Kapok is the national tree of Puerto Rico and Guatemala. The botanical name of Kapok is Ceiba Pentandra but it is commonly known as Java Cotton because of the cotton fiber that is produced in seed pods of the tree. Kapok is also one of the largest trees found in tropical regions of Latin America and Mexico.
Kapok can grow up to 70 meters in height with a straight trunk. It also produced large branches when it is grown fully so it can house many animals and birds in it. The interesting fact about Kapok is that it can live for more than 500 years. Its flowers open at night, and are pollinated by bats. The trunk of Kapok tree especially of the younger Kapoks, are covered with thorns that protect them from animals.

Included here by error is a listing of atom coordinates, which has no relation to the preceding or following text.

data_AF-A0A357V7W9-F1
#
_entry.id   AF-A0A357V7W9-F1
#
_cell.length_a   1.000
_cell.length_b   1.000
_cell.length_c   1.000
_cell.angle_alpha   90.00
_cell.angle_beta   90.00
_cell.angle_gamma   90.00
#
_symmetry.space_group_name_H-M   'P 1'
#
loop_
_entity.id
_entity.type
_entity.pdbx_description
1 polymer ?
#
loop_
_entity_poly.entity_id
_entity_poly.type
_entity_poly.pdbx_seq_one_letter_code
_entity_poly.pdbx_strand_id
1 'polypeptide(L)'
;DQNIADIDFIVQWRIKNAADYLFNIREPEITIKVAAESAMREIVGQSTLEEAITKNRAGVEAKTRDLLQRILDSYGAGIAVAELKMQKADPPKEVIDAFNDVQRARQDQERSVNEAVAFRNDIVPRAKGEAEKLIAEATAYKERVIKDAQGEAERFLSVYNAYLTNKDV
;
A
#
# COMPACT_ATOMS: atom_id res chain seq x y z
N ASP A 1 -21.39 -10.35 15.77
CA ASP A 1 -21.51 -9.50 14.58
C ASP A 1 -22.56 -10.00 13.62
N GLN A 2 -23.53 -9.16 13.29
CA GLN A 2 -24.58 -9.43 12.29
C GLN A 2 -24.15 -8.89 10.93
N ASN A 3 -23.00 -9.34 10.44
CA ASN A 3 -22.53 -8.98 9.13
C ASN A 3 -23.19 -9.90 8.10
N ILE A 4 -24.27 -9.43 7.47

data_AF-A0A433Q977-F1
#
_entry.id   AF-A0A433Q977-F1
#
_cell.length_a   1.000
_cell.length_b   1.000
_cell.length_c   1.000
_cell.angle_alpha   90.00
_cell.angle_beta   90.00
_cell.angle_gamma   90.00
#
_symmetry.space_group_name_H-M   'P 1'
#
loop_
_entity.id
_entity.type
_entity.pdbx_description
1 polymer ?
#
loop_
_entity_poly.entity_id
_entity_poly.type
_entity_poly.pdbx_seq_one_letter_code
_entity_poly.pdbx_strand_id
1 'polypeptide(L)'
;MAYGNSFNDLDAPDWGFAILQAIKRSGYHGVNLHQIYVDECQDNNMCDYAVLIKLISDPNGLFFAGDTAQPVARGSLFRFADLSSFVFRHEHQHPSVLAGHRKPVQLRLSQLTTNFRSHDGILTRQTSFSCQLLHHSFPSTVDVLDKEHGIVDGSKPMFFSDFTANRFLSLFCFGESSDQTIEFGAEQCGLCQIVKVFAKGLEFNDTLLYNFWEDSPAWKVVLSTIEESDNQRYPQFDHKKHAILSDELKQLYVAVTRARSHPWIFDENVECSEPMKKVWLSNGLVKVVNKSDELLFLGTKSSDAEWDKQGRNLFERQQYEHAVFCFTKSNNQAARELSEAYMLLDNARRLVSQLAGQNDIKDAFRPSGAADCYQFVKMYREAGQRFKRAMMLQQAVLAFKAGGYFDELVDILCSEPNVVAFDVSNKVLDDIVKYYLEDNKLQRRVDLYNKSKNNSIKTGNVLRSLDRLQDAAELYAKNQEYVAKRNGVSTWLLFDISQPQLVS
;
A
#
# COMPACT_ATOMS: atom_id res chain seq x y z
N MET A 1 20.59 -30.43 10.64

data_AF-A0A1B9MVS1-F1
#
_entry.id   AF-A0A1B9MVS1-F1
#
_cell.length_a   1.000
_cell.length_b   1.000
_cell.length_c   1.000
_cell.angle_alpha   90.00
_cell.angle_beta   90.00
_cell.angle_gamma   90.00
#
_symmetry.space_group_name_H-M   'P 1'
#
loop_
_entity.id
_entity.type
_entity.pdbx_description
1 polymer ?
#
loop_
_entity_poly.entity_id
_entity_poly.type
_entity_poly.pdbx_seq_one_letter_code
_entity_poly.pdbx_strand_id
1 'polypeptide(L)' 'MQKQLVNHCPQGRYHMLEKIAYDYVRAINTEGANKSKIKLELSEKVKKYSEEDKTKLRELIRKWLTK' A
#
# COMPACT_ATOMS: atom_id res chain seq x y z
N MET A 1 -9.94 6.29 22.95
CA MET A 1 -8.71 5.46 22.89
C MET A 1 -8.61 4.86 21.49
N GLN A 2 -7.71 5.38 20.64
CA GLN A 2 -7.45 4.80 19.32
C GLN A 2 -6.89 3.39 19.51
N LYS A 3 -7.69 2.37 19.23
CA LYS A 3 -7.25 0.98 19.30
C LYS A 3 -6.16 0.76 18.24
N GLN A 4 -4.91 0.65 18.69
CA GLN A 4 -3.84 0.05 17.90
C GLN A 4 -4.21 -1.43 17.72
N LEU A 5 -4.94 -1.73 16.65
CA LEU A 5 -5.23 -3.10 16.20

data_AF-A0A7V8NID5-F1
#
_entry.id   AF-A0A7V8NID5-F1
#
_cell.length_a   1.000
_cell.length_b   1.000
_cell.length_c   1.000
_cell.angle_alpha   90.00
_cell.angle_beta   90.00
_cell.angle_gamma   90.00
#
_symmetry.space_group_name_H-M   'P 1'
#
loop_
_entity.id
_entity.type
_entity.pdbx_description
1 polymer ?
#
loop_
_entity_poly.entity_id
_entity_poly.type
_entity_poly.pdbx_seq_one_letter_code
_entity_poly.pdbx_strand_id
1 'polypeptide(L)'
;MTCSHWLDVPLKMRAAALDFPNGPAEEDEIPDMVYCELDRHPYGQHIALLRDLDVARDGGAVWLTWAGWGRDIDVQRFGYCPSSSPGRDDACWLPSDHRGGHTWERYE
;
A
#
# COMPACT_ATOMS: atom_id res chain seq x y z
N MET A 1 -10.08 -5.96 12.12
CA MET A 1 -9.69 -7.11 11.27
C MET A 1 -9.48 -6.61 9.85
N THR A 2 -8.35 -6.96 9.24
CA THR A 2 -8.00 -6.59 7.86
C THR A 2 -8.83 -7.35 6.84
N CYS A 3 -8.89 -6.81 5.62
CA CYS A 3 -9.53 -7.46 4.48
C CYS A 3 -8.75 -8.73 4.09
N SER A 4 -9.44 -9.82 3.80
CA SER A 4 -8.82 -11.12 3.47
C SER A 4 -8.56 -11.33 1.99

The cotton-like fiber of Kapok is used as filler in stuffed toys, pillows and upholstery. The oil extracted from Kapok seeds is used in cosmetics.
The Ceiba town of Puerto Rico is also named after this tree. Spanish people call it Aroba. In 1898, the Spanish Army in Cuba surrendered to the United States under a Ceiba, which was named the Tree of Peace (Arbol de la Paz), outside of Santiago de Cuba. Kapok trees are also cultivated in plantations in Asia. A close cousin of Kapok and more popular species of the family is Bombax Ceiba which can be seen widely in most tropical regions of the world. The largest known Kapok stands erected at Bangalore in India.